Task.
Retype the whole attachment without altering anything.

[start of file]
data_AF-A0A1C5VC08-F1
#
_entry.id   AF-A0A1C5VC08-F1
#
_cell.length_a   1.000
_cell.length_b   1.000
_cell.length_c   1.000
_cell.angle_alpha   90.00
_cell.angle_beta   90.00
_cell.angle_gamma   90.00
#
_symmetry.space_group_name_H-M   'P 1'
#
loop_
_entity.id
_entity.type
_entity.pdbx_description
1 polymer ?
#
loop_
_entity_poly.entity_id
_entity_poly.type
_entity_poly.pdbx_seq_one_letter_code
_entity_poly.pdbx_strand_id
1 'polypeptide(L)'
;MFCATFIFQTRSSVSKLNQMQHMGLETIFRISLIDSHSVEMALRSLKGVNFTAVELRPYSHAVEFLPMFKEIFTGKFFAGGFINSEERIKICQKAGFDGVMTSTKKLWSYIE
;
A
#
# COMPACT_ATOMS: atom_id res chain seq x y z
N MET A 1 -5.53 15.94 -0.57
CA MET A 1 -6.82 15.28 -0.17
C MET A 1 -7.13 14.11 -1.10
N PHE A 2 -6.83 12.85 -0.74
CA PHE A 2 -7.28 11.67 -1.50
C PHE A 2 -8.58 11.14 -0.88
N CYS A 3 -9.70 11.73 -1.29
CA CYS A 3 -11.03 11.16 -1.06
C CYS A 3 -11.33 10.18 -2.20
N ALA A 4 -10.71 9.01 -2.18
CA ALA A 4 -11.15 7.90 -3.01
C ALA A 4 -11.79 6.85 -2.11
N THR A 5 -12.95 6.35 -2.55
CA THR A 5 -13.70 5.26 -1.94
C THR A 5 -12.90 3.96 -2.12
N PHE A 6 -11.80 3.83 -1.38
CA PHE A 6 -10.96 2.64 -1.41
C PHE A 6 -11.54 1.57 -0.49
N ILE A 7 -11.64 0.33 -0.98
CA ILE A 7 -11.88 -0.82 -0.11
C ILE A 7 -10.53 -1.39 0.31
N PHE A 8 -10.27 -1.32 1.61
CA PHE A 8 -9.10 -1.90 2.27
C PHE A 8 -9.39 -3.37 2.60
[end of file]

data_AF-A0A1C5VC08-F1
#
_entry.id   AF-A0A1C5VC08-F1
#
_cell.length_a   1.000
_cell.length_b   1.000
_cell.length_c   1.000
_cell.angle_alpha   90.00
_cell.angle_beta   90.00
_cell.angle_gamma   90.00
#
_symmetry.space_group_name_H-M   'P 1'
#
loop_
_entity.id
_entity.type
_entity.pdbx_description
1 polymer ?
#
loop_
_entity_poly.entity_id
_entity_poly.type
_entity_poly.pdbx_seq_one_letter_code
_entity_poly.pdbx_strand_id
1 'polypeptide(L)'
;MFCATFIFQTRSSVSKLNQMQHMGLETIFRISLIDSHSVEMALRSLKGVNFTAVELRPYSHAVEFLPMFKEIFTGKFFAGGFINSEERIKICQKAGFDGVMTSTKKLWSYIE
;
A
#
# COMPACT_ATOMS: atom_id res chain seq x y z
N MET A 1 -5.53 15.94 -0.57
CA MET A 1 -6.82 15.28 -0.17
C MET A 1 -7.13 14.11 -1.10
N PHE A 2 -6.83 12.85 -0.74
CA PHE A 2 -7.28 11.67 -1.50
C PHE A 2 -8.58 11.14 -0.88
N CYS A 3 -9.70 11.73 -1.29
CA CYS A 3 -11.03 11.16 -1.06
C CYS A 3 -11.33 10.18 -2.20
N ALA A 4 -10.71 9.01 -2.18
CA ALA A 4 -11.15 7.90 -3.01
C ALA A 4 -11.79 6.85 -2.11
N THR A 5 -12.95 6.35 -2.55
CA THR A 5 -13.70 5.26 -1.94
C THR A 5 -12.90 3.96 -2.12
N PHE A 6 -11.80 3.83 -1.38
CA PHE A 6 -10.96 2.64 -1.41
C PHE A 6 -11.54 1.57 -0.49
N ILE A 7 -11.64 0.33 -0.98
CA ILE A 7 -11.88 -0.82 -0.11
C ILE A 7 -10.53 -1.39 0.31
N PHE A 8 -10.27 -1.32 1.61
CA PHE A 8 -9.10 -1.90 2.27
C PHE A 8 -9.39 -3.37 2.60